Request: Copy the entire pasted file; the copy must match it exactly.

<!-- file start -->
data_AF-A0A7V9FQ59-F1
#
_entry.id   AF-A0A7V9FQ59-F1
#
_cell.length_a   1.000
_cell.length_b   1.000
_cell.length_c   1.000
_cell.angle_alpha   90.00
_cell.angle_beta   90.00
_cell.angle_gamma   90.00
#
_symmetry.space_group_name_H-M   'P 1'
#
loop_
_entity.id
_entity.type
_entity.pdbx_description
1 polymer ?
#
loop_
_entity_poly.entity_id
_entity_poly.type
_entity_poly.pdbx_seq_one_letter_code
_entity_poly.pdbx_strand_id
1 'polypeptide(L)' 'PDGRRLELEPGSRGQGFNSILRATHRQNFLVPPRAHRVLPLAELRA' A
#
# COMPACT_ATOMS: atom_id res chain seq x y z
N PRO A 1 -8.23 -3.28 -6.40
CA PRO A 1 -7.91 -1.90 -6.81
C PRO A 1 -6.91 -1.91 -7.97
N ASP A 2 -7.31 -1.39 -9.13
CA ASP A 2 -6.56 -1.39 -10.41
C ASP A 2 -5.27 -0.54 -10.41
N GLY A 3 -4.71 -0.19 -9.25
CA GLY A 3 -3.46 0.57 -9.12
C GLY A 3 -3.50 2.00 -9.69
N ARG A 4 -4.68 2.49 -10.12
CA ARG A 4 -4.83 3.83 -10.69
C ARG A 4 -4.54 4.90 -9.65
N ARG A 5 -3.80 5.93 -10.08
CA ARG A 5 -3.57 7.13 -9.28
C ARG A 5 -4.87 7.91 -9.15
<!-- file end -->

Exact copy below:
data_AF-A0A7V9FQ59-F1
#
_entry.id   AF-A0A7V9FQ59-F1
#
_cell.length_a   1.000
_cell.length_b   1.000
_cell.length_c   1.000
_cell.angle_alpha   90.00
_cell.angle_beta   90.00
_cell.angle_gamma   90.00
#
_symmetry.space_group_name_H-M   'P 1'
#
loop_
_entity.id
_entity.type
_entity.pdbx_description
1 polymer ?
#
loop_
_entity_poly.entity_id
_entity_poly.type
_entity_poly.pdbx_seq_one_letter_code
_entity_poly.pdbx_strand_id
1 'polypeptide(L)' 'PDGRRLELEPGSRGQGFNSILRATHRQNFLVPPRAHRVLPLAELRA' A
#
# COMPACT_ATOMS: atom_id res chain seq x y z
N PRO A 1 -8.23 -3.28 -6.40
CA PRO A 1 -7.91 -1.90 -6.81
C PRO A 1 -6.91 -1.91 -7.97
N ASP A 2 -7.31 -1.39 -9.13
CA ASP A 2 -6.56 -1.39 -10.41
C ASP A 2 -5.27 -0.54 -10.41
N GLY A 3 -4.71 -0.19 -9.25
CA GLY A 3 -3.46 0.57 -9.12
C GLY A 3 -3.50 2.00 -9.69
N ARG A 4 -4.68 2.49 -10.12
CA ARG A 4 -4.83 3.83 -10.69
C ARG A 4 -4.54 4.90 -9.65
N ARG A 5 -3.80 5.93 -10.08
CA ARG A 5 -3.57 7.13 -9.28
C ARG A 5 -4.87 7.91 -9.15